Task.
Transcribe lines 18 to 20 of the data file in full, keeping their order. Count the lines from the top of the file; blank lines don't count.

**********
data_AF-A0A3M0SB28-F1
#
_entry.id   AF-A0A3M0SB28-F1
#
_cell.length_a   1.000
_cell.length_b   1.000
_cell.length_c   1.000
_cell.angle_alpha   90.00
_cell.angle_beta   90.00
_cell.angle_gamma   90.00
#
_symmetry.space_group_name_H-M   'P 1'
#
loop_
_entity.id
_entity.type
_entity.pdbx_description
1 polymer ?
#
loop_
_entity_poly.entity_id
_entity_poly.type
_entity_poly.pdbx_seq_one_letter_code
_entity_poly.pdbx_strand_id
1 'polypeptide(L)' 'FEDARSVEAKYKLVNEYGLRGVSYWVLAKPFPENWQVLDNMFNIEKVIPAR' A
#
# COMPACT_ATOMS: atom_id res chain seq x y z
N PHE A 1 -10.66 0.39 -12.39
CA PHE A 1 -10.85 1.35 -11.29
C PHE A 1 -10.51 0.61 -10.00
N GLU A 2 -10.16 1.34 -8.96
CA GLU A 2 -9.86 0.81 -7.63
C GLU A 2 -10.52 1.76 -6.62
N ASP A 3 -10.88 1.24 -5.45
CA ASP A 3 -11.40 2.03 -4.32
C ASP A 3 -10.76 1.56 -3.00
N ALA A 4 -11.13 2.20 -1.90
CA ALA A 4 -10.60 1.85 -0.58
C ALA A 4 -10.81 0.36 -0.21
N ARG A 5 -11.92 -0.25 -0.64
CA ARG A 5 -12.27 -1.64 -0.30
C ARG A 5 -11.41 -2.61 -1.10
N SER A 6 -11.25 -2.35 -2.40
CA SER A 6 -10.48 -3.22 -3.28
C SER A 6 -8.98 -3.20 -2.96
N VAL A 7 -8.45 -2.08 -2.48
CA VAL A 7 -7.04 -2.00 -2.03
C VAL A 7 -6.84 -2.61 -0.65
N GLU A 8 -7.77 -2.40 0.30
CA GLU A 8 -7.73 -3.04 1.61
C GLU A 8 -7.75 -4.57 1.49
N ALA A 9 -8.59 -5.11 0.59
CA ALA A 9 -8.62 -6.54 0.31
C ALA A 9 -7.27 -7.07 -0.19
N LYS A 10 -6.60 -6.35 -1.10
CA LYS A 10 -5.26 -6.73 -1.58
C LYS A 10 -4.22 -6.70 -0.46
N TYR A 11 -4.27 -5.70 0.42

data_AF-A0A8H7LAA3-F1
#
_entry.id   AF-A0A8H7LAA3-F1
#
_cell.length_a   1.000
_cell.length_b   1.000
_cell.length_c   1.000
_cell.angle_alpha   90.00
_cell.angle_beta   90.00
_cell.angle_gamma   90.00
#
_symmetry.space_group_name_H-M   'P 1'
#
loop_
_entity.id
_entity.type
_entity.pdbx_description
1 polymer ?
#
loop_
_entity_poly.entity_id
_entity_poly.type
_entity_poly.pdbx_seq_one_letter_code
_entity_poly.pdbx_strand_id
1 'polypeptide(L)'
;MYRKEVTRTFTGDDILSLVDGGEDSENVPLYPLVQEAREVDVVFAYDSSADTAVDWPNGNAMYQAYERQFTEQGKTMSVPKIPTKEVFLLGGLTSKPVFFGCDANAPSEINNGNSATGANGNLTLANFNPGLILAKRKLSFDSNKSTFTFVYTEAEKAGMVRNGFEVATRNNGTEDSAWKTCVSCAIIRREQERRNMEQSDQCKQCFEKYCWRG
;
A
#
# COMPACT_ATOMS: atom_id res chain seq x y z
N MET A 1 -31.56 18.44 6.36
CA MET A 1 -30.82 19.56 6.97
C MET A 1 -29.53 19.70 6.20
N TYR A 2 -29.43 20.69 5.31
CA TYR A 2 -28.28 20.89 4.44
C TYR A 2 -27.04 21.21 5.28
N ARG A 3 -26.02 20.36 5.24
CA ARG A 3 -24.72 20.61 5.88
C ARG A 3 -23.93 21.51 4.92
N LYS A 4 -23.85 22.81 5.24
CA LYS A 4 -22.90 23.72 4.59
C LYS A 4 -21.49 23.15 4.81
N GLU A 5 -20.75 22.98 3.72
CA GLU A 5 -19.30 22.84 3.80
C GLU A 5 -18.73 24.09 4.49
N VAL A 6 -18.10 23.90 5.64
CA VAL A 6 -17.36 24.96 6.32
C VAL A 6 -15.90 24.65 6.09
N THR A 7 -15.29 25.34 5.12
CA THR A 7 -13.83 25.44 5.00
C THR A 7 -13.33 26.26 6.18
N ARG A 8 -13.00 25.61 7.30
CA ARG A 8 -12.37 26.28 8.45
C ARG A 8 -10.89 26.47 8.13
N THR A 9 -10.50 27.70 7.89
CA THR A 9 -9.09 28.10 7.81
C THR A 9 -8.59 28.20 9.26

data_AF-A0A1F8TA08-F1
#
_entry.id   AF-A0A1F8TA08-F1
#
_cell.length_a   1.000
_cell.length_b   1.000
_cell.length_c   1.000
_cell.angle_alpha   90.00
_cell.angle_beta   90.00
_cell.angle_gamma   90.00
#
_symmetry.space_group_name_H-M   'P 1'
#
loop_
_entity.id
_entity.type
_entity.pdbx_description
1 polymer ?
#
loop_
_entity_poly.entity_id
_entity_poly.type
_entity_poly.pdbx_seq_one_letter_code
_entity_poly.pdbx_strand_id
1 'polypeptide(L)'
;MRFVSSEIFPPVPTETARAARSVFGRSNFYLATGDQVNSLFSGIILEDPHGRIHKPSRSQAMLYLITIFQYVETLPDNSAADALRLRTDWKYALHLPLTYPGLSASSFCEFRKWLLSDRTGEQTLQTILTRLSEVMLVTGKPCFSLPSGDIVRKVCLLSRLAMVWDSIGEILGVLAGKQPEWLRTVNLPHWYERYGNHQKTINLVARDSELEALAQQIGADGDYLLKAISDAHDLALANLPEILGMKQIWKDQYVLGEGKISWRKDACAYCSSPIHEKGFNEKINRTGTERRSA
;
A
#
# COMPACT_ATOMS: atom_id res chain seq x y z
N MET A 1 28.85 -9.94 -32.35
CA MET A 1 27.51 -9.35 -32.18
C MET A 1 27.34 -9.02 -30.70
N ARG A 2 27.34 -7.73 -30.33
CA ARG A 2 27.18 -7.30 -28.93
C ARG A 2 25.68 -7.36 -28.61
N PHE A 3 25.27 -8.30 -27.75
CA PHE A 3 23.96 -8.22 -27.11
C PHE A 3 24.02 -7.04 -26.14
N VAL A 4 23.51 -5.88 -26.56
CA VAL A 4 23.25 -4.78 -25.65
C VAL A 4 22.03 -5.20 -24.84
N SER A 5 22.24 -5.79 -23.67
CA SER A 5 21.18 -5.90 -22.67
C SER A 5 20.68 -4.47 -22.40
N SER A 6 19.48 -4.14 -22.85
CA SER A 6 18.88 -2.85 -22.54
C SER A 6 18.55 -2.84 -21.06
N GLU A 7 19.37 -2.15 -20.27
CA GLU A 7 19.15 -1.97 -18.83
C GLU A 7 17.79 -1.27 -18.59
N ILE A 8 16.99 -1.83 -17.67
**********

1 polymer ?
#
loop_